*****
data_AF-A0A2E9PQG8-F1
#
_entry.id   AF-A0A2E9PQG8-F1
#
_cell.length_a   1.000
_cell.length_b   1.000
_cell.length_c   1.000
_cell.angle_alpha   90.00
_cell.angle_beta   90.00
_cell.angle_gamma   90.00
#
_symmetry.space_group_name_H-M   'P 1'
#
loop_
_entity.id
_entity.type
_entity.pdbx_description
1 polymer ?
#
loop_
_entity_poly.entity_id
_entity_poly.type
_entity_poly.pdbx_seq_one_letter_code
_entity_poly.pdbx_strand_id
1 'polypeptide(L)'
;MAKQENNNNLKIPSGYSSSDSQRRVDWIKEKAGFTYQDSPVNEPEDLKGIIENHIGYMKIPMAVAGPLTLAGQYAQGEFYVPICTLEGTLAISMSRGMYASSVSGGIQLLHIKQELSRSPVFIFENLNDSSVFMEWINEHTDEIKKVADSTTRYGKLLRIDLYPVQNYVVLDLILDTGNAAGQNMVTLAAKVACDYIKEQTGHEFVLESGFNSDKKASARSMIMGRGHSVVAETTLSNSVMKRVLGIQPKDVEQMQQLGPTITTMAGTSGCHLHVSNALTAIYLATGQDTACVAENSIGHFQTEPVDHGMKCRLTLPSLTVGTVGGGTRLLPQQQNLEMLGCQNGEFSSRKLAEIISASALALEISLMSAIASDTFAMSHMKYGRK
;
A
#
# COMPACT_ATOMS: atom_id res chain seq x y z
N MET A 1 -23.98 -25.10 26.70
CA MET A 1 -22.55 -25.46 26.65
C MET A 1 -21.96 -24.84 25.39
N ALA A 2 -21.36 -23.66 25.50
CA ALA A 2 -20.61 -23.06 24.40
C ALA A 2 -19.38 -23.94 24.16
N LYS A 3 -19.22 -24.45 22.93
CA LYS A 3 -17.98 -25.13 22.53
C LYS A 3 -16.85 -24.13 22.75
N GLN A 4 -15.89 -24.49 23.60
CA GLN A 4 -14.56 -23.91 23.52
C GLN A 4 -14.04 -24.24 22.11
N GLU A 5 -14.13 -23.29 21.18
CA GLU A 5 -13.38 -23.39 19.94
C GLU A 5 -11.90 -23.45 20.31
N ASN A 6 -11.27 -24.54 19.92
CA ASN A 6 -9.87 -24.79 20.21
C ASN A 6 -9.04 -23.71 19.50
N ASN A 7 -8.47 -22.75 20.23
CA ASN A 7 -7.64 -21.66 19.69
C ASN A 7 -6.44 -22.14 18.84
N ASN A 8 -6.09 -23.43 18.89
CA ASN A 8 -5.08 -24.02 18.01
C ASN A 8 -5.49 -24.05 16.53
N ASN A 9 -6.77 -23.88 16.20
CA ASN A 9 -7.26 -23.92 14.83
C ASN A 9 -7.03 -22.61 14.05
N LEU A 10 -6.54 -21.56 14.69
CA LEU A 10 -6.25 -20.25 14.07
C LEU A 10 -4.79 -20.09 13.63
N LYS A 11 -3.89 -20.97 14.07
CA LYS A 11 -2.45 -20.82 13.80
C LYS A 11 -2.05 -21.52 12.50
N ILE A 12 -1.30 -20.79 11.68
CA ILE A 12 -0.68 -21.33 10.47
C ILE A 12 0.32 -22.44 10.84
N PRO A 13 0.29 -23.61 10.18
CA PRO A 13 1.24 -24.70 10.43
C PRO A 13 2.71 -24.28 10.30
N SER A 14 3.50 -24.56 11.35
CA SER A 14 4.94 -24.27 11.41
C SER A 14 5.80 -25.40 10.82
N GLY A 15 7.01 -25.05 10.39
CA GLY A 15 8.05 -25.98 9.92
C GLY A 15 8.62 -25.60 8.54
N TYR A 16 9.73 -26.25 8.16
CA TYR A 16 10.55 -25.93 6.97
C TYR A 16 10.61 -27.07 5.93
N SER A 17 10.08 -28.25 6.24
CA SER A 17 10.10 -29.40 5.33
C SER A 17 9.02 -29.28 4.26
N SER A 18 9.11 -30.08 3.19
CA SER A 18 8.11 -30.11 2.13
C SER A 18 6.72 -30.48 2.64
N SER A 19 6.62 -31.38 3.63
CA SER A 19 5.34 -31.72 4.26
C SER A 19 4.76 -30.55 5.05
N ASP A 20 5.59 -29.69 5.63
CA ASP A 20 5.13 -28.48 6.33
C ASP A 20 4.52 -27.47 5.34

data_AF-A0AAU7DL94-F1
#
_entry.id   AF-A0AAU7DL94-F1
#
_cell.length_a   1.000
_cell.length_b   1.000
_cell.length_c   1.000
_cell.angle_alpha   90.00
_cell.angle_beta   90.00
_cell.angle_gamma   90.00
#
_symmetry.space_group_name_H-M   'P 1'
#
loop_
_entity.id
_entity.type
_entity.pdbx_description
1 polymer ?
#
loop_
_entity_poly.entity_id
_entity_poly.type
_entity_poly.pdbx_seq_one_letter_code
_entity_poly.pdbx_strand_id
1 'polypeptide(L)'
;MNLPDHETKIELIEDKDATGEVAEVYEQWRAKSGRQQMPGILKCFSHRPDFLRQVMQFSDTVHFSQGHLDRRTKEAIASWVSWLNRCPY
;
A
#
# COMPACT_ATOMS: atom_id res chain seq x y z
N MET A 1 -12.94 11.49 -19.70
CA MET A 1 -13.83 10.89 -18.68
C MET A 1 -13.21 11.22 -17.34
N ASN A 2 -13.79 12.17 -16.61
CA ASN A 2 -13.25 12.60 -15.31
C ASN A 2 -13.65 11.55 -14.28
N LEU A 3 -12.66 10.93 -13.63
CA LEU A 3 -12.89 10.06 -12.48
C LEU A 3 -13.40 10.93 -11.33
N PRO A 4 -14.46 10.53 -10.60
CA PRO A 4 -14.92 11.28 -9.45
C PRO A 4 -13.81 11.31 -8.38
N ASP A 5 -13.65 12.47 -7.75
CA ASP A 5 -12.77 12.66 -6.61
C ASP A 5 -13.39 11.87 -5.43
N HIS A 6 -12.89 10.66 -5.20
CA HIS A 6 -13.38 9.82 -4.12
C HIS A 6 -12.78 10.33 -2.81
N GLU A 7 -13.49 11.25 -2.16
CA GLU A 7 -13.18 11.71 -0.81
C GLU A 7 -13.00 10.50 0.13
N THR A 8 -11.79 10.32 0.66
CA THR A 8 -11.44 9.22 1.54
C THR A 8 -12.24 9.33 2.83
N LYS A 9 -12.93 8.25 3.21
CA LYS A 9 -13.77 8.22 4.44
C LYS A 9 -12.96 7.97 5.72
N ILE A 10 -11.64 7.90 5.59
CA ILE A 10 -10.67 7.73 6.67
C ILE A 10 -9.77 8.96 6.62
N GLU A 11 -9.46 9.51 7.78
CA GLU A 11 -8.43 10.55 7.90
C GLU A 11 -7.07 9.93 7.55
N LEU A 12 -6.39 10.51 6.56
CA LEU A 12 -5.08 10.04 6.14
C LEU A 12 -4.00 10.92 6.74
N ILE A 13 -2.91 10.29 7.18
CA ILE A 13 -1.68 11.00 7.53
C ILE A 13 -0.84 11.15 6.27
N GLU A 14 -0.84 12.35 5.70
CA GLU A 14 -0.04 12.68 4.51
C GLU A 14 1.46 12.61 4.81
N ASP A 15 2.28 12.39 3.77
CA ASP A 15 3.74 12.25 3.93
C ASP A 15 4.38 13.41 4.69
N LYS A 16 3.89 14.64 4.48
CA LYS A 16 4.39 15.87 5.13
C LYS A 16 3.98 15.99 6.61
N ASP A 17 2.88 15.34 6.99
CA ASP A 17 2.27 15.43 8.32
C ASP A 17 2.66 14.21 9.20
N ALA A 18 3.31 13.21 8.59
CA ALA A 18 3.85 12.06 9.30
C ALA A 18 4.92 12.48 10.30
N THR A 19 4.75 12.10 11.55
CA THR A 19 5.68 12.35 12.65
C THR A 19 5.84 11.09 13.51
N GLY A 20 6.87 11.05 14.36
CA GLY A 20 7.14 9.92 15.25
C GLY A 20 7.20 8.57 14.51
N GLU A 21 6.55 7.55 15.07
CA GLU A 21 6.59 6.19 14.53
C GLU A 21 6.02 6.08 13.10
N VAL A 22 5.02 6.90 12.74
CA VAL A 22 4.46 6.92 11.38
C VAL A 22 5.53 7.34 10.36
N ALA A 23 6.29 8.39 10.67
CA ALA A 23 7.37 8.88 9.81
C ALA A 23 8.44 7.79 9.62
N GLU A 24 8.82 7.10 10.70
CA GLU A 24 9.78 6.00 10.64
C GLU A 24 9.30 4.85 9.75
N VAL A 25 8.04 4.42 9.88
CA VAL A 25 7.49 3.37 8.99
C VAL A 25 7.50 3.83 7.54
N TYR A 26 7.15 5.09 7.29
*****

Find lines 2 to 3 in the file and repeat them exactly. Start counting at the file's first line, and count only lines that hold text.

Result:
#
_entry.id   AF-A0A2E9PQG8-F1